“Lyft was not as cooperative as other apps on releasing information on who the driver was. We were able to get it the next day,” Engle said. “Parents need to be aware that these services may be questionable and the drivers may be questionable.”

Lyft’s policy states that minors are to be accompanied by adults when hailing a ride.

Lyft says the driver was screened and passed a thorough background and sex offender check.

Police fear there may be other victims, so they’re encouraging parents to talk to their children and call police if they suspect they’ve been victimized.
  

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Man struck in head with PVC pipe at homeless camp in Marathon

A Marathon man was arrested Thursday night for striking another man in the head with a PVC pipe, authorities said.

Monroe County Sheriff’s Office spokeswoman Becky Herrin said two deputies were called about 11:20 p.m. to a homeless camp in a wooded area at 6350 Overseas Highway in Marathon.

Herrin said the deputies found the suspect, John Cadwallader, 57, in a tent in the woods.

She said the 58-year-old victim was a short distance further into the woods, bleeding profusely from a cut on his forehead.

Herrin said there was also a lot of blood on a nearby walking trail and on plastic tarps on the ground. She said there were sections of PVC pipe in the area.

The victim told deputies that Cadwallader had hit him in the head with a piece of the pipe.

Herrin said Cadwallader was uncooperative and refused to follow the deputies’s instructions to walk out of the woods.

He was arrested on charges of aggravated battery and resisting arrest.

The victim was airlifted to Jackson Memorial Hospital in Miami.

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Judge rejects motion to clear former Sheriff Joe Arpaio’s conviction

A federal judge on Thursday rejected Joe Arpaio’s request to erase a criminal contempt conviction from his record, saying a presidential pardon of the former sheriff didn’t change the facts of the case.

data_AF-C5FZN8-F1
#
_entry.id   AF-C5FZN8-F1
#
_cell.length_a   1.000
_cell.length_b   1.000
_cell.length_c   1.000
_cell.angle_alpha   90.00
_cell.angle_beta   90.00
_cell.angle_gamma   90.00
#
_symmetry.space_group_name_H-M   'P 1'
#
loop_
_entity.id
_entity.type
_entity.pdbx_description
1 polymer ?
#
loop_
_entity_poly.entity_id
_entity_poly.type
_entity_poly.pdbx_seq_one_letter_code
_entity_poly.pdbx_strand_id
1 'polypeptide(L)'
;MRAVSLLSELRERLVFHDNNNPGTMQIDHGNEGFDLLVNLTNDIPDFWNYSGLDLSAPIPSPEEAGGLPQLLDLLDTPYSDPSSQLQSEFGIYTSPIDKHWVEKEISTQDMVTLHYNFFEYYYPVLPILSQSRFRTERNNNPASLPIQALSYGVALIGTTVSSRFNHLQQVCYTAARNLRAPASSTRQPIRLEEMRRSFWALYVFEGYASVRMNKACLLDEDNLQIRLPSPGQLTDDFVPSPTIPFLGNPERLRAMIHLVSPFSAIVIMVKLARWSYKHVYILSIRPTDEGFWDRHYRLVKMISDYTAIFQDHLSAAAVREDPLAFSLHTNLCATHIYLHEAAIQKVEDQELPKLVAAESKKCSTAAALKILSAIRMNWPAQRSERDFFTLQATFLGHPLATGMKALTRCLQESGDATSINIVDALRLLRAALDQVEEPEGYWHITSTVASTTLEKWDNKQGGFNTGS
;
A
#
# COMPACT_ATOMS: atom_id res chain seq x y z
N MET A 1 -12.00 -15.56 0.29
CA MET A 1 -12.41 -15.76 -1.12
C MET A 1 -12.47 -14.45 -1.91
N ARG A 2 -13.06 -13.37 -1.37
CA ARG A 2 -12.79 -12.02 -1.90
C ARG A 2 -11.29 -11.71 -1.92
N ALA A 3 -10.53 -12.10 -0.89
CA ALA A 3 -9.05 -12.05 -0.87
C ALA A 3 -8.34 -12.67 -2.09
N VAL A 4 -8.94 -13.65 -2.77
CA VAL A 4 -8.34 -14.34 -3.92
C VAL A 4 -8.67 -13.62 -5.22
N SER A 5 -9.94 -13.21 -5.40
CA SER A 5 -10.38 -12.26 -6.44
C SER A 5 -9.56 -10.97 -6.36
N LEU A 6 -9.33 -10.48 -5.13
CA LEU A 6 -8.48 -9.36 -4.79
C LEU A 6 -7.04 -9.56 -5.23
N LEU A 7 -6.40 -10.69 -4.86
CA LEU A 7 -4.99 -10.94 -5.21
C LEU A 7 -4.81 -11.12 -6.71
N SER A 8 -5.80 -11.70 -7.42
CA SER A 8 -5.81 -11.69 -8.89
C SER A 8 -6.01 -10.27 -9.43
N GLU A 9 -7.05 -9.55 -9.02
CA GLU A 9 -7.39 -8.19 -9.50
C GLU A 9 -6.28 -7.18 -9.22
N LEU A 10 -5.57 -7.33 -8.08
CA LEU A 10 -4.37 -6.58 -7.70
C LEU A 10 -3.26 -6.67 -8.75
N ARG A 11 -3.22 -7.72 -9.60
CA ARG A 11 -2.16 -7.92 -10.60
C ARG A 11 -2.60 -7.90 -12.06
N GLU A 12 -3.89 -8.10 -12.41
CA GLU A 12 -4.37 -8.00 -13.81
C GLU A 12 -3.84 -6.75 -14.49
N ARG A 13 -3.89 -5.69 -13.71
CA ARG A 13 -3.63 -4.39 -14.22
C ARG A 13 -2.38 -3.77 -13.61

Arpaio, the former top lawman in Maricopa County, Arizona, for more than two decades, was spared a jail sentence when he was pardoned by President Donald Trump in August after being convicted of criminal contempt.

The 85-year-old was accused of violating a court order in a 2007 racial profiling case by continuing patrols targeting immigrants. The former sheriff claimed the court wasn’t clear and he didn’t intend to violate it.

Soon after the President’s pardon, Arpaio’s attorneys filed a motion seeking to erase all record of the conviction, but U.S. District Court Judge Susan Bolton denied the request.

“The power to pardon is an executive prerogative of mercy, not of judicial recordkeeping,” Bolton wrote in the document. “To vacate all rulings in this case would run afoul of this important distinction.”

“The pardon undoubtedly spared Defendant from any punishment that might otherwise have been imposed. It did not, however, ‘revise the historical facts’ of this case,” she wrote.

Bolton handed down a guilty verdict in the former sheriff’s criminal contempt case in July. Arpaio, who lost a bid for his seventh term in 2016, faced up to six months in jail. Sentencing was set for October 5.

Jack Wilenchik, one of Arpaio’s attorneys, said they plan to appeal Bolton’s order.

“The sheriff views it as a form of resistance to the President’s pardon, and I view it as a resistance to the law,” Wilenchik told CNN late Thursday.

Wilenchik explained there is legal precedence that says the judge has to vacate the rulings in the case because it was pardoned.

“We think the law is very clear and think it will be interesting to see what the government decides since they have already agreed with us on this case,” he said.

The former sheriff was a vocal proponent of Trump’s candidacy, and used his national platform to advocate for Trump’s similarly aggressive stance on deportations and border security.

The President’s pardon drew an outcry from civil rights groups, which accused the former sheriff of violating the constitution in his crackdown on illegal immigration.